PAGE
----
New Jersey Department
|For Immediate Release: November 22, 2004||
For Further Information:: Mary Cozzolino - (609) 292-5064
10,000 Drivers Join the Ranks of the Insured
TRENTON - Banking and Insurance Commissioner Holly C. Bakke announced today that more than 10,000 drivers purchased the Dollar-a-Day auto insurance policy during its first year. This important milestone shows that the auto insurance marketplace is providing drivers with choices that meet their financial needs.
"Rising sales of the Dollar-a-Day policy, combined with other programs, demonstrates that our efforts to help uninsured drivers with limited means drive legally are working," said Acting Governor Richard J. Codey. "By reducing the ranks of uninsured drivers more than $58 million has been added to the New Jersey system, bringing down costs for all New Jersey policyholders."
The Dollar-a-Day policy protects drivers from the biggest cost an uninsured driver may cause: emergency room care following an accident. This policy provides up to $250,000 of medical coverage ensuring a certain level of compensation to trauma centers. The policy also provides a $10,000 death benefit.
The Dollar-a-Day policy is available through most insurance agencies and costs $360 per year, or $365 if purchased in two six-month installments. Since October 2003, when the program began, New Jerseyans have bought more than 10,480 policies.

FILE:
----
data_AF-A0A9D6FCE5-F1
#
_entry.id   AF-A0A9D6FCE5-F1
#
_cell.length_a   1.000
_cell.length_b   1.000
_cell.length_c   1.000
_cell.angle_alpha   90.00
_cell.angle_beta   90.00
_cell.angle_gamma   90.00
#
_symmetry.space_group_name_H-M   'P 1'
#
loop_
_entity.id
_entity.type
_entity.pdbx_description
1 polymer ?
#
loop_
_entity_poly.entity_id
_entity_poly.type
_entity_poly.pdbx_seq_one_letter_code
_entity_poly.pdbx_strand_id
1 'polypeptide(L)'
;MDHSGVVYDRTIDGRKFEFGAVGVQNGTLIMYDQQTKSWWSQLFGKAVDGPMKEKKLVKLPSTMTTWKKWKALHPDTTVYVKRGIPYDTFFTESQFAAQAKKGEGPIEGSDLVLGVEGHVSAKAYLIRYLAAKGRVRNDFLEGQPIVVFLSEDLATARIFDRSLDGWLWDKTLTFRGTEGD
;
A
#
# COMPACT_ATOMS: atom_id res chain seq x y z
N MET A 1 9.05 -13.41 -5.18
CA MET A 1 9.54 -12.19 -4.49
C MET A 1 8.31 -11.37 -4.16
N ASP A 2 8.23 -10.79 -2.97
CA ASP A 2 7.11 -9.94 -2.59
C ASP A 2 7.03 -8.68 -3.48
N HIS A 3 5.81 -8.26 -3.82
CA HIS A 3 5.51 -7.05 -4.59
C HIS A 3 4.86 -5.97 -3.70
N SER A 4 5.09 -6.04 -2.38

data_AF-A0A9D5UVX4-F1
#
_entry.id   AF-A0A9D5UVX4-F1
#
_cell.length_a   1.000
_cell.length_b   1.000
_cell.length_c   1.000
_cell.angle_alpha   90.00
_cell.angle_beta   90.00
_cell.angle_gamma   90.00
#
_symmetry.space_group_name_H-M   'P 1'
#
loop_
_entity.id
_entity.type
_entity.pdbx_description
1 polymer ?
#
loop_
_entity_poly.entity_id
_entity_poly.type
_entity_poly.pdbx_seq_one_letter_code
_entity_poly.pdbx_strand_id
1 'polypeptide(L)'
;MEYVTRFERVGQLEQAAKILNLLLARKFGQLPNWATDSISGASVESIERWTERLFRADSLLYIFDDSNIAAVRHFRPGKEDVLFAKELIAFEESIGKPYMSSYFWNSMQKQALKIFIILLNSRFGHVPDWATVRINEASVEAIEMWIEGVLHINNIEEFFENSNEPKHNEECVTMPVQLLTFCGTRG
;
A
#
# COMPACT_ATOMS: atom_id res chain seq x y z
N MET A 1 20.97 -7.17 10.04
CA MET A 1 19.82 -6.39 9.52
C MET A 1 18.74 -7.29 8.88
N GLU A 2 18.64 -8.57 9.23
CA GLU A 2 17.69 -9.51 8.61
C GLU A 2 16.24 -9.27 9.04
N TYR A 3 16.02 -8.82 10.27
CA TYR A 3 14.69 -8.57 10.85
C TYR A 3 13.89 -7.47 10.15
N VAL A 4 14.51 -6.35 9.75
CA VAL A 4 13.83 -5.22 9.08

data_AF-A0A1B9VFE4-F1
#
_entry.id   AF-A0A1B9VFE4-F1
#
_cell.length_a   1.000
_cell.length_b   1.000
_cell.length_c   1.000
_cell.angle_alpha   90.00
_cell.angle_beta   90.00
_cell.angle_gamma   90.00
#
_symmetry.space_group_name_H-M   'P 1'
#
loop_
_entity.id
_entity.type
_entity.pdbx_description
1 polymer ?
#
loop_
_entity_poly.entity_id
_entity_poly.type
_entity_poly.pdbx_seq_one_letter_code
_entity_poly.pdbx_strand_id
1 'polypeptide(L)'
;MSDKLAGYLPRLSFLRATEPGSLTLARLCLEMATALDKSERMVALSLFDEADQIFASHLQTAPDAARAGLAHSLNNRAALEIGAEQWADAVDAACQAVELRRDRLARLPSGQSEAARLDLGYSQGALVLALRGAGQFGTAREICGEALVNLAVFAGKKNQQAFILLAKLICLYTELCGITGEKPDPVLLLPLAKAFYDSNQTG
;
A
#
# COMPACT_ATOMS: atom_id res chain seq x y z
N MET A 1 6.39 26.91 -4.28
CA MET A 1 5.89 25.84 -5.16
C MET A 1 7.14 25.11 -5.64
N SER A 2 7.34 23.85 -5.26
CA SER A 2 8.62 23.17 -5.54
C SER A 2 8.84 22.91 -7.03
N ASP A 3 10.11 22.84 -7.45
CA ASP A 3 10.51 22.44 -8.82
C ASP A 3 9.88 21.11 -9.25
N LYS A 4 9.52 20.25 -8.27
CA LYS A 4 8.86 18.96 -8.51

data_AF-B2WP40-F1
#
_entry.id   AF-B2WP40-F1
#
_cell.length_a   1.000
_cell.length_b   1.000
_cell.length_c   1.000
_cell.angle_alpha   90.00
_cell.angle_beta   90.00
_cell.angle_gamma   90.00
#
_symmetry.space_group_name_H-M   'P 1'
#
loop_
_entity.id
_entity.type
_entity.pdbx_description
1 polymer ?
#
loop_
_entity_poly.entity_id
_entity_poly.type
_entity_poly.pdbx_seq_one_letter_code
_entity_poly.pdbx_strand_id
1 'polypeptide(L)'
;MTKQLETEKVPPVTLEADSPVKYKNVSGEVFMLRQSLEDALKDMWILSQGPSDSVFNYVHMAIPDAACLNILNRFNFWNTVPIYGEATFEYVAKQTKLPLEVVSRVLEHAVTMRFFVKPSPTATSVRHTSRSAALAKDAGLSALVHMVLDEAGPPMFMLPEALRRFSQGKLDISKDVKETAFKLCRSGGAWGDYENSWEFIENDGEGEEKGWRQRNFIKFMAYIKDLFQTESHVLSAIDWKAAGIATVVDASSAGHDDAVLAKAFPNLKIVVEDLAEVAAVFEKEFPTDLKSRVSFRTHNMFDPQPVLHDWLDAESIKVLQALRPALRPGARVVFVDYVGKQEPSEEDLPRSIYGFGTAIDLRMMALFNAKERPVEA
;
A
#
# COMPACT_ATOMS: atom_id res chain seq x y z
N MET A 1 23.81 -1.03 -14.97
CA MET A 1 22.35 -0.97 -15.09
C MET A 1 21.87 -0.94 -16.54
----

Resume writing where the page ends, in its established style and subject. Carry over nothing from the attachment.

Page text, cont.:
All Dollar-a-Day drivers contribute to the uninsured/underinsured motorist pool, reducing the financial burden on drivers who obey the law. A portion of the premium paid for every insurance policy written in New Jersey already goes to support this pool. More drivers contributing to the pool reduces rates for everyone.
"We are pleased that the Dollar-a-Day policy is reaching the people in the Garden State who need insurance," Commissioner Bakke said. "The policy is an integral part of a competitive marketplace that offers consumers choices of coverage and cost."
The Dollar-a-Day policy was designed to help make auto insurance available to drivers who are likely to go uninsured because of limited financial resources. Qualified candidates are limited to those enrolled in Federal Medicaid. Low-income drivers who do not have Medicaid should consider the Basic Policy, which offers minimum limits of liability and Personal Injury Protection coverage, as well as coverage for damage to another driver's car in the event of an accident. New Jerseyans have bought more than 25,278 Basic Policies since its inception and more than 4,000 this year alone.
The auto insurance reform initiative has delivered the following results: